The Tax Court has ruled in Chapman, TC Memo 2019-110 that IRS properly mailed a deficiency notice to taxpayers' last known address. The taxpayers did not live at that address at the time the deficiency notice was mailed and had argued that the IRS Appeals Officer should have known that they didn't live at that address.
Before assessing liability for unpaid taxes, IRS must send a notice of deficiency to the taxpayer's last known address by certified mail or registered mail. (Code Sec. 6212(a), Code Sec. 6213(a))
Within ninety days after the notice of deficiency is mailed, the taxpayer may file a petition with the Tax Court for a redetermination of the deficiency. Absent proper mailing of the notice of deficiency, subsequent assessments may be enjoined. (Code Sec. 6213(a))
Under Code Sec. 6212(b)(1), a notice of deficiency provides sufficient notice if sent to the taxpayer's last known address. Reg § 301.6212-2(a) provides that a taxpayer's last known address is the address shown on the most recently filed and properly processed return unless the taxpayer gives the IRS clear and concise notification of a different address.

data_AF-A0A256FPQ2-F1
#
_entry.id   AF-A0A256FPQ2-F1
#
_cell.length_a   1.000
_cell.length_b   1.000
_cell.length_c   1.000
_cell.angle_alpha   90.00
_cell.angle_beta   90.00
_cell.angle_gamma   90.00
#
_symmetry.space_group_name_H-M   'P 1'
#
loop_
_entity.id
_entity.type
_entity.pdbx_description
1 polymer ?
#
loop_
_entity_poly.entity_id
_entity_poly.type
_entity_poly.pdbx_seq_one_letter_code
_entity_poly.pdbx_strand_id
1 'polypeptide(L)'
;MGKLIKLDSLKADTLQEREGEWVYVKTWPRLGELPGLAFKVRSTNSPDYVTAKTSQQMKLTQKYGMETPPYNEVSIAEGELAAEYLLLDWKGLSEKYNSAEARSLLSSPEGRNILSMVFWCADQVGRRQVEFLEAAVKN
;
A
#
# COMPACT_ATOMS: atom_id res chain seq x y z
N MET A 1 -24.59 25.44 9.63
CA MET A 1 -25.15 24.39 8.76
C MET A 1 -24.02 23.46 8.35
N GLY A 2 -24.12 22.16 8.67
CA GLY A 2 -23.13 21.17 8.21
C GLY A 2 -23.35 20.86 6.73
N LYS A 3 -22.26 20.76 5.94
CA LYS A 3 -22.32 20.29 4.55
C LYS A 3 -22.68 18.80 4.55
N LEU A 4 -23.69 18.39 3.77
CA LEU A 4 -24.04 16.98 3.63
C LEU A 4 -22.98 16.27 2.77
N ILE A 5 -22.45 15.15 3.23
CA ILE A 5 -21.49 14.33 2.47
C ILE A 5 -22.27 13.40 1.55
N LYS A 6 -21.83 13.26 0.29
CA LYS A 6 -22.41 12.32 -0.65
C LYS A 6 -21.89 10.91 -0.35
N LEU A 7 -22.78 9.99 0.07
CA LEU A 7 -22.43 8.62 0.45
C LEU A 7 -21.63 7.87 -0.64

The taxpayers were Mr. and Mrs. Chapman. IRS audited their 2006 return in 2012. At the time of the audit, the Chapmans lived in Hawaii. The last return that they filed before the audit began was their 2011 return, and it showed their address as that of their tax practitioner in Los Angeles.
IRS proposed a deficiency, and the Chapmans protested this proposal. They met several times with Appeals Officer Lipetzky. Thereafter, IRS issued a notice of deficiency, which it sent to the Los Angeles address.
The Chapmans filed suit in Tax Court, but they did so well after the 90 days allowed under Code Sec. 6213(a). They claimed they never received the notice of deficiency and that the notice was invalid. They argued that, via their and their tax practitioner's interactions with Lipetzky, IRS should have known that they were living in Hawaii and, therefore, that their Hawaii address was their last known address.
The Court ruled that the Chapmans did not meet the "updated by clear and concise notification of a different address" requirement in Reg § 301.6212-2(a) and, therefore, the notice of deficiency was properly sent to their last known address.
The Court said that the taxpayer's argument was contrary to case law dating back several decades and contrary to the reg.
Additionally, the Court said, accepting the taxpayer's argument would impose an unreasonable administrative burden on IRS; IRS would need to systematically record in a central file all address information acquired in any fashion.
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